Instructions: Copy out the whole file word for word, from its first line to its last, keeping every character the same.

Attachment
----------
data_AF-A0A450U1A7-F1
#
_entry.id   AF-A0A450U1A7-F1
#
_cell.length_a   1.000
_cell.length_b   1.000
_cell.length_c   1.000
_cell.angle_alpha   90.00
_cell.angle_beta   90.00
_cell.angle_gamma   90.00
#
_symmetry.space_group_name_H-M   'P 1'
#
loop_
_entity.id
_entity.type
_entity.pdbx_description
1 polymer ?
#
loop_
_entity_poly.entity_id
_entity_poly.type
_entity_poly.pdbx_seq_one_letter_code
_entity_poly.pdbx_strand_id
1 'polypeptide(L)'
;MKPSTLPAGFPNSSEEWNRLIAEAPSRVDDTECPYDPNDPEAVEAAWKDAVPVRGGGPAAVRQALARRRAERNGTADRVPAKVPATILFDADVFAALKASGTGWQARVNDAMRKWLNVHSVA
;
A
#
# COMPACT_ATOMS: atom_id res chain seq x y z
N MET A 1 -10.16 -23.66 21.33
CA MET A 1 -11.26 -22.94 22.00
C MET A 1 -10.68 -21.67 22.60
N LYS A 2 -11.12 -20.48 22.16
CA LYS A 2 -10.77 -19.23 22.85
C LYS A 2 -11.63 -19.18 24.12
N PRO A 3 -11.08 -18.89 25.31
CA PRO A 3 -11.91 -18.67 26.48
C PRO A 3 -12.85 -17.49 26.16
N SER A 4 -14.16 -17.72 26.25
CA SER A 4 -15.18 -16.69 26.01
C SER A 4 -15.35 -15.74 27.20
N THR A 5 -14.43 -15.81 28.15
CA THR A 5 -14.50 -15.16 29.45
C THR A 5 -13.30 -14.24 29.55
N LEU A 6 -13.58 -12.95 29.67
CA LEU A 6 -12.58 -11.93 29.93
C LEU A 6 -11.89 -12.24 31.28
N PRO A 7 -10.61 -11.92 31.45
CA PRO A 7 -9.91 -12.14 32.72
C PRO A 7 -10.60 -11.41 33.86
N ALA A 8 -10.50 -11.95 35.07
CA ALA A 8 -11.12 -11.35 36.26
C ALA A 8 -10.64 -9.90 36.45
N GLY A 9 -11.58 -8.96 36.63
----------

data_AF-A0A450U1A7-F1
#
_entry.id   AF-A0A450U1A7-F1
#
_cell.length_a   1.000
_cell.length_b   1.000
_cell.length_c   1.000
_cell.angle_alpha   90.00
_cell.angle_beta   90.00
_cell.angle_gamma   90.00
#
_symmetry.space_group_name_H-M   'P 1'
#
loop_
_entity.id
_entity.type
_entity.pdbx_description
1 polymer ?
#
loop_
_entity_poly.entity_id
_entity_poly.type
_entity_poly.pdbx_seq_one_letter_code
_entity_poly.pdbx_strand_id
1 'polypeptide(L)'
;MKPSTLPAGFPNSSEEWNRLIAEAPSRVDDTECPYDPNDPEAVEAAWKDAVPVRGGGPAAVRQALARRRAERNGTADRVPAKVPATILFDADVFAALKASGTGWQARVNDAMRKWLNVHSVA
;
A
#
# COMPACT_ATOMS: atom_id res chain seq x y z
N MET A 1 -10.16 -23.66 21.33
CA MET A 1 -11.26 -22.94 22.00
C MET A 1 -10.68 -21.67 22.60
N LYS A 2 -11.12 -20.48 22.16
CA LYS A 2 -10.77 -19.23 22.85
C LYS A 2 -11.63 -19.18 24.12
N PRO A 3 -11.08 -18.89 25.31
CA PRO A 3 -11.91 -18.67 26.48
C PRO A 3 -12.85 -17.49 26.16
N SER A 4 -14.16 -17.72 26.25
CA SER A 4 -15.18 -16.69 26.01
C SER A 4 -15.35 -15.74 27.20
N THR A 5 -14.43 -15.81 28.15
CA THR A 5 -14.50 -15.16 29.45
C THR A 5 -13.30 -14.24 29.55
N LEU A 6 -13.58 -12.95 29.67
CA LEU A 6 -12.58 -11.93 29.93
C LEU A 6 -11.89 -12.24 31.28
N PRO A 7 -10.61 -11.92 31.45
CA PRO A 7 -9.91 -12.14 32.72
C PRO A 7 -10.60 -11.41 33.86
N ALA A 8 -10.50 -11.95 35.07
CA ALA A 8 -11.12 -11.35 36.26
C ALA A 8 -10.64 -9.90 36.45
N GLY A 9 -11.58 -8.96 36.63